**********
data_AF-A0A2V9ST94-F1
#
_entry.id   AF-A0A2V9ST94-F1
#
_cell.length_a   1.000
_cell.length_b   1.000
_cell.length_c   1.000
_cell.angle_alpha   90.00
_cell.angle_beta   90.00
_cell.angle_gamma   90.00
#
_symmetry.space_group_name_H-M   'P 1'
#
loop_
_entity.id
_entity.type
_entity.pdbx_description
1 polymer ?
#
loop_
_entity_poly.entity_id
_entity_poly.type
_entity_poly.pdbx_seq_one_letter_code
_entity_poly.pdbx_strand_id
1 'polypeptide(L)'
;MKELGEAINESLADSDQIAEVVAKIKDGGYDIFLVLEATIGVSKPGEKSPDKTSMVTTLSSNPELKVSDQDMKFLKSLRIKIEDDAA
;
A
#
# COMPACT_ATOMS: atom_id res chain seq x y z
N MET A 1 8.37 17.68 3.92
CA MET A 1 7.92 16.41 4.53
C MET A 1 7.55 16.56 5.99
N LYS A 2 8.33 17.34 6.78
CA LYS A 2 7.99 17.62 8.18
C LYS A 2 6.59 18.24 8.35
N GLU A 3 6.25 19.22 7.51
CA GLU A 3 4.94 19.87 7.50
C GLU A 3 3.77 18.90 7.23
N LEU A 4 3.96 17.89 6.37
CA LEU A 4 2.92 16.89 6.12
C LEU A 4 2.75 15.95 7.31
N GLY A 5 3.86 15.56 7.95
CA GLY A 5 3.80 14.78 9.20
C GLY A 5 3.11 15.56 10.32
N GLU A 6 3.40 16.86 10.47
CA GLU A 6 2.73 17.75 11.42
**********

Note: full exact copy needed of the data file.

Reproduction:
data_AF-A0A2V9ST94-F1
#
_entry.id   AF-A0A2V9ST94-F1
#
_cell.length_a   1.000
_cell.length_b   1.000
_cell.length_c   1.000
_cell.angle_alpha   90.00
_cell.angle_beta   90.00
_cell.angle_gamma   90.00
#
_symmetry.space_group_name_H-M   'P 1'
#
loop_
_entity.id
_entity.type
_entity.pdbx_description
1 polymer ?
#
loop_
_entity_poly.entity_id
_entity_poly.type
_entity_poly.pdbx_seq_one_letter_code
_entity_poly.pdbx_strand_id
1 'polypeptide(L)'
;MKELGEAINESLADSDQIAEVVAKIKDGGYDIFLVLEATIGVSKPGEKSPDKTSMVTTLSSNPELKVSDQDMKFLKSLRIKIEDDAA
;
A
#
# COMPACT_ATOMS: atom_id res chain seq x y z
N MET A 1 8.37 17.68 3.92
CA MET A 1 7.92 16.41 4.53
C MET A 1 7.55 16.56 5.99
N LYS A 2 8.33 17.34 6.78
CA LYS A 2 7.99 17.62 8.18
C LYS A 2 6.59 18.24 8.35
N GLU A 3 6.25 19.22 7.51
CA GLU A 3 4.94 19.87 7.50
C GLU A 3 3.77 18.90 7.23
N LEU A 4 3.96 17.89 6.37
CA LEU A 4 2.92 16.89 6.12
C LEU A 4 2.75 15.95 7.31
N GLY A 5 3.86 15.56 7.95
CA GLY A 5 3.80 14.78 9.20
C GLY A 5 3.11 15.56 10.32
N GLU A 6 3.40 16.86 10.47
CA GLU A 6 2.73 17.75 11.42